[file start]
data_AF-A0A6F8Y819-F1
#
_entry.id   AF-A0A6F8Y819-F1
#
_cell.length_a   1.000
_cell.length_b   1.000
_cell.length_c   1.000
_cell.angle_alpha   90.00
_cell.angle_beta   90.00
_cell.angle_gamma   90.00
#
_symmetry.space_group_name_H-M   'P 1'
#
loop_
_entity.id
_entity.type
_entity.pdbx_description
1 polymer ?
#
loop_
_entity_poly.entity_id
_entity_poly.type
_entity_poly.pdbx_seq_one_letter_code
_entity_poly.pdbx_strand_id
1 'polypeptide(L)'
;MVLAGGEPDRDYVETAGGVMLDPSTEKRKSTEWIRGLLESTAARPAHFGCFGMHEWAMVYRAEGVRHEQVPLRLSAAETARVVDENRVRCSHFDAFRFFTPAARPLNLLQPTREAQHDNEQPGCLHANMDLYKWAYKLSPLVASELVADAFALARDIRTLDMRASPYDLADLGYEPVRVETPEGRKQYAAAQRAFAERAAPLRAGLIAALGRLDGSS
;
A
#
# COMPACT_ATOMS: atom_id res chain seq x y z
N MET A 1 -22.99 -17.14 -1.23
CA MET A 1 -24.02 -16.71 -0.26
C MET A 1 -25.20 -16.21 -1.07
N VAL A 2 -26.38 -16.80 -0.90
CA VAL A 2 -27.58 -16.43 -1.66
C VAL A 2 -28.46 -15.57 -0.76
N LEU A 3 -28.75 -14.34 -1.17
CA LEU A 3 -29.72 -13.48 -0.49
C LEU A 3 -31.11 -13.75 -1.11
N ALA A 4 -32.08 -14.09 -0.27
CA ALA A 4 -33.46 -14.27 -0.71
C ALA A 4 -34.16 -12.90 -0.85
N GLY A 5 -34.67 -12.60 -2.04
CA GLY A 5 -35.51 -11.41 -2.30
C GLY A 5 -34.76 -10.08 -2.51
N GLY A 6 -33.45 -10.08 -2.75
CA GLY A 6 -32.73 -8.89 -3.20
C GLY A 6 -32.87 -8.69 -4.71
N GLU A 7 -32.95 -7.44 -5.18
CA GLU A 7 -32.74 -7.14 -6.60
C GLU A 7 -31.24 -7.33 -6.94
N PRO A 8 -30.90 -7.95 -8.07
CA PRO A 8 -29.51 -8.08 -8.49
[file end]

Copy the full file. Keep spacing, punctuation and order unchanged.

data_AF-A0A6F8Y819-F1
#
_entry.id   AF-A0A6F8Y819-F1
#
_cell.length_a   1.000
_cell.length_b   1.000
_cell.length_c   1.000
_cell.angle_alpha   90.00
_cell.angle_beta   90.00
_cell.angle_gamma   90.00
#
_symmetry.space_group_name_H-M   'P 1'
#
loop_
_entity.id
_entity.type
_entity.pdbx_description
1 polymer ?
#
loop_
_entity_poly.entity_id
_entity_poly.type
_entity_poly.pdbx_seq_one_letter_code
_entity_poly.pdbx_strand_id
1 'polypeptide(L)'
;MVLAGGEPDRDYVETAGGVMLDPSTEKRKSTEWIRGLLESTAARPAHFGCFGMHEWAMVYRAEGVRHEQVPLRLSAAETARVVDENRVRCSHFDAFRFFTPAARPLNLLQPTREAQHDNEQPGCLHANMDLYKWAYKLSPLVASELVADAFALARDIRTLDMRASPYDLADLGYEPVRVETPEGRKQYAAAQRAFAERAAPLRAGLIAALGRLDGSS
;
A
#
# COMPACT_ATOMS: atom_id res chain seq x y z
N MET A 1 -22.99 -17.14 -1.23
CA MET A 1 -24.02 -16.71 -0.26
C MET A 1 -25.20 -16.21 -1.07
N VAL A 2 -26.38 -16.80 -0.90
CA VAL A 2 -27.58 -16.43 -1.66
C VAL A 2 -28.46 -15.57 -0.76
N LEU A 3 -28.75 -14.34 -1.17
CA LEU A 3 -29.72 -13.48 -0.49
C LEU A 3 -31.11 -13.75 -1.11
N ALA A 4 -32.08 -14.09 -0.27
CA ALA A 4 -33.46 -14.27 -0.71
C ALA A 4 -34.16 -12.90 -0.85
N GLY A 5 -34.67 -12.60 -2.04
CA GLY A 5 -35.51 -11.41 -2.30
C GLY A 5 -34.76 -10.08 -2.51
N GLY A 6 -33.45 -10.08 -2.75
CA GLY A 6 -32.73 -8.89 -3.20
C GLY A 6 -32.87 -8.69 -4.71
N GLU A 7 -32.95 -7.44 -5.18
CA GLU A 7 -32.74 -7.14 -6.60
C GLU A 7 -31.24 -7.33 -6.94
N PRO A 8 -30.90 -7.95 -8.07
CA PRO A 8 -29.51 -8.08 -8.49